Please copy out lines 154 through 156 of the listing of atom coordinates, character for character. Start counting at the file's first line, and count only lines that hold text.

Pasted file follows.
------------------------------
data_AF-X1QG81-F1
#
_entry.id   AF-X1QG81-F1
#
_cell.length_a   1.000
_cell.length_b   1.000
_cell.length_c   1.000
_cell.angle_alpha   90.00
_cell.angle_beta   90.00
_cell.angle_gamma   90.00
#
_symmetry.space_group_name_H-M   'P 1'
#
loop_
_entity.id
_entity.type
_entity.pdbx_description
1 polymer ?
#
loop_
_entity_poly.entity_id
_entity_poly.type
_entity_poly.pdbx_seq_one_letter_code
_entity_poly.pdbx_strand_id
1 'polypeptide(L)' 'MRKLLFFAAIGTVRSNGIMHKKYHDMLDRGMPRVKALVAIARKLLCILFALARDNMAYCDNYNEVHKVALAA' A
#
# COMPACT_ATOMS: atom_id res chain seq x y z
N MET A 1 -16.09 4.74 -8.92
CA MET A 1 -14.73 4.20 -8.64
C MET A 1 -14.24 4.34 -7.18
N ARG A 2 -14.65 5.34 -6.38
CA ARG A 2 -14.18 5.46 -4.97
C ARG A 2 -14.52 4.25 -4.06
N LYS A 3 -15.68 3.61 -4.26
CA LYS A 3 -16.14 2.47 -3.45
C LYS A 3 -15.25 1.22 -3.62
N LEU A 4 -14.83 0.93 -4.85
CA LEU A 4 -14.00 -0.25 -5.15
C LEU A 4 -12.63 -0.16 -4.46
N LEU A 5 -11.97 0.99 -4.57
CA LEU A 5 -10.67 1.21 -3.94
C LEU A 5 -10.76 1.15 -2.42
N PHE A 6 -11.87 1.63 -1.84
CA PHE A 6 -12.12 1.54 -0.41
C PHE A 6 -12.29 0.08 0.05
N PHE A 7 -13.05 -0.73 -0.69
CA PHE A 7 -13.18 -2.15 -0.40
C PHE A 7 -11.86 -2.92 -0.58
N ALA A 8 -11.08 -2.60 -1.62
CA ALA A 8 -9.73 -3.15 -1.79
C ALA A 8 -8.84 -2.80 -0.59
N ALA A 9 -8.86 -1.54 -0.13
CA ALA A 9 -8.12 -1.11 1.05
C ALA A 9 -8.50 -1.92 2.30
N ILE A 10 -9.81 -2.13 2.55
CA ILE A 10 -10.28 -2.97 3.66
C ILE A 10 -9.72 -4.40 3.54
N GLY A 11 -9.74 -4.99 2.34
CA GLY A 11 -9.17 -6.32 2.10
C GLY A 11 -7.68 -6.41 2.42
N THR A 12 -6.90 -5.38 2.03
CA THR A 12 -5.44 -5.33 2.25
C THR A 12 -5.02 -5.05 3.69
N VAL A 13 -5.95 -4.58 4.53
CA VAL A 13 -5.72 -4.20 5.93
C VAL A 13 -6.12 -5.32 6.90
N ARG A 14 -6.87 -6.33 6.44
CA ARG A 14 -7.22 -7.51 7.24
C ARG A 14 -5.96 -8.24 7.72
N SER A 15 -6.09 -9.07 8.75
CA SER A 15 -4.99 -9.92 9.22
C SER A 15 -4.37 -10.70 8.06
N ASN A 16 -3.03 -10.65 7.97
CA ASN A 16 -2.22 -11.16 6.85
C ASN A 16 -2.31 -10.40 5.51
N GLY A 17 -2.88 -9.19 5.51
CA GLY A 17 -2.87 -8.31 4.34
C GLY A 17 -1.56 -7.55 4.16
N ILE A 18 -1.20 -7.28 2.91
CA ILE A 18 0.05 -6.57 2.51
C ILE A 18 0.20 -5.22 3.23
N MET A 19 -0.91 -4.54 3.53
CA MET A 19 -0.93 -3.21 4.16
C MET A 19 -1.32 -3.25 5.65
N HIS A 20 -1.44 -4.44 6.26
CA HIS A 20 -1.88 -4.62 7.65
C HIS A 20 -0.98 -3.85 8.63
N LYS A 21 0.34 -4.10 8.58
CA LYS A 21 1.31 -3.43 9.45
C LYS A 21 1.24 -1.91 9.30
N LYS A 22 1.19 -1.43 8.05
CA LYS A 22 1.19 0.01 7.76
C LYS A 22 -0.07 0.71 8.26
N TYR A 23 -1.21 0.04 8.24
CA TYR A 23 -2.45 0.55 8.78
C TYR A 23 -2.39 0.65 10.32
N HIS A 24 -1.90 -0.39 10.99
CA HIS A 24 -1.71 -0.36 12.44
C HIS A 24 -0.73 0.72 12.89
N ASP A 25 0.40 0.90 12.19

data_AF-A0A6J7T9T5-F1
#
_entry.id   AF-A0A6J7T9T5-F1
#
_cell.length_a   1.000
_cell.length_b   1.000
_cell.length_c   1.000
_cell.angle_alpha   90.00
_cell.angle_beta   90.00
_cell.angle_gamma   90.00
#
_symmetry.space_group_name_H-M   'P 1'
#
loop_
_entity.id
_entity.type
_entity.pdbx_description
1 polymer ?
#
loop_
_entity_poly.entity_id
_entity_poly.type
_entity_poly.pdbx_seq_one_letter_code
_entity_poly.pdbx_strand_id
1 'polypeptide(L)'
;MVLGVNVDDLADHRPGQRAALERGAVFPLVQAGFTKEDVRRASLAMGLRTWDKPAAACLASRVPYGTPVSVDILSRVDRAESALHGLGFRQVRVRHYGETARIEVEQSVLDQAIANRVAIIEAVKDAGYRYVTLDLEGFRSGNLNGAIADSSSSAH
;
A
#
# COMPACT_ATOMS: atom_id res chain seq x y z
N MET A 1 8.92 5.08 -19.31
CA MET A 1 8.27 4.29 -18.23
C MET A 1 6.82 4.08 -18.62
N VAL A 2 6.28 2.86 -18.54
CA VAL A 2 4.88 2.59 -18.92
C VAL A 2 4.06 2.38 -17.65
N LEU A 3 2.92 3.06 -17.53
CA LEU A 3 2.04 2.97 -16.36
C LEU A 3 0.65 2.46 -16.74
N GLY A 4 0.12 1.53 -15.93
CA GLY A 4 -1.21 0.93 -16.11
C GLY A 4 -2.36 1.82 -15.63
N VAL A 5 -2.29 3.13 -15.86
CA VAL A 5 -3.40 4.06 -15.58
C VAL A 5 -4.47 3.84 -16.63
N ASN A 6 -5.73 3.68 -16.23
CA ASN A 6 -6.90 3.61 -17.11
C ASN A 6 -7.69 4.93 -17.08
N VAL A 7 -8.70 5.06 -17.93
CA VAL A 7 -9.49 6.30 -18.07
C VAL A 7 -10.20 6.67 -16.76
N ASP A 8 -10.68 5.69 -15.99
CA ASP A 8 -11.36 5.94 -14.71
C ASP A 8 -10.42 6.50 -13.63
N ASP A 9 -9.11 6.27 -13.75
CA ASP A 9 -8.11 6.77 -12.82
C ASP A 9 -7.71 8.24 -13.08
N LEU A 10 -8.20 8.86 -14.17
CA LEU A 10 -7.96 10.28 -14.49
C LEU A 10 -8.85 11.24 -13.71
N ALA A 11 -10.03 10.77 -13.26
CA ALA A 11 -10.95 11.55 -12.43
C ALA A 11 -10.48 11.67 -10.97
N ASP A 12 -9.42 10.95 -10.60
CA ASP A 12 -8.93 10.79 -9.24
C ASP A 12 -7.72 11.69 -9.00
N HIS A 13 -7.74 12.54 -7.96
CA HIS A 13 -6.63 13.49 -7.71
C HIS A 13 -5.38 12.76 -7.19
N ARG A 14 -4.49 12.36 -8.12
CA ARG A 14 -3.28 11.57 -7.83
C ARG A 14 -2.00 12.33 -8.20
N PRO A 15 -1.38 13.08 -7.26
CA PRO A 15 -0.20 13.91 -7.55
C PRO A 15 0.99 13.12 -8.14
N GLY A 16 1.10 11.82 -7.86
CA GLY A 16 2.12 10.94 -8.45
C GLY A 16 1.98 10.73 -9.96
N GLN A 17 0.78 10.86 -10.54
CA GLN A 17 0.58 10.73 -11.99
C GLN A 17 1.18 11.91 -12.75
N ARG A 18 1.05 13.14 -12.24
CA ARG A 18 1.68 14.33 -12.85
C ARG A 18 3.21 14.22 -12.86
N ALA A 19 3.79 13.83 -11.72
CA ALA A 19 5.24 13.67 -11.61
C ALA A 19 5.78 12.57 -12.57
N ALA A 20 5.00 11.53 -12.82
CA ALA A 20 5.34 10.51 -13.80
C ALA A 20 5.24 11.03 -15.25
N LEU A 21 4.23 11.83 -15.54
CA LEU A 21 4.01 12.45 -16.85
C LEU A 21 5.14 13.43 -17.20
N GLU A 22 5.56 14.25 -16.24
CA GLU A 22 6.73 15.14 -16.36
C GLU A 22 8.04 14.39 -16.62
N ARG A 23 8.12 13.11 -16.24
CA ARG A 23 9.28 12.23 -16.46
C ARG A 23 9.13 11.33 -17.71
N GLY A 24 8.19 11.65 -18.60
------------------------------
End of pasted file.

C ASP A 8 -10.42 6.50 -13.63
N ASP A 9 -9.11 6.27 -13.75
CA ASP A 9 -8.11 6.77 -12.82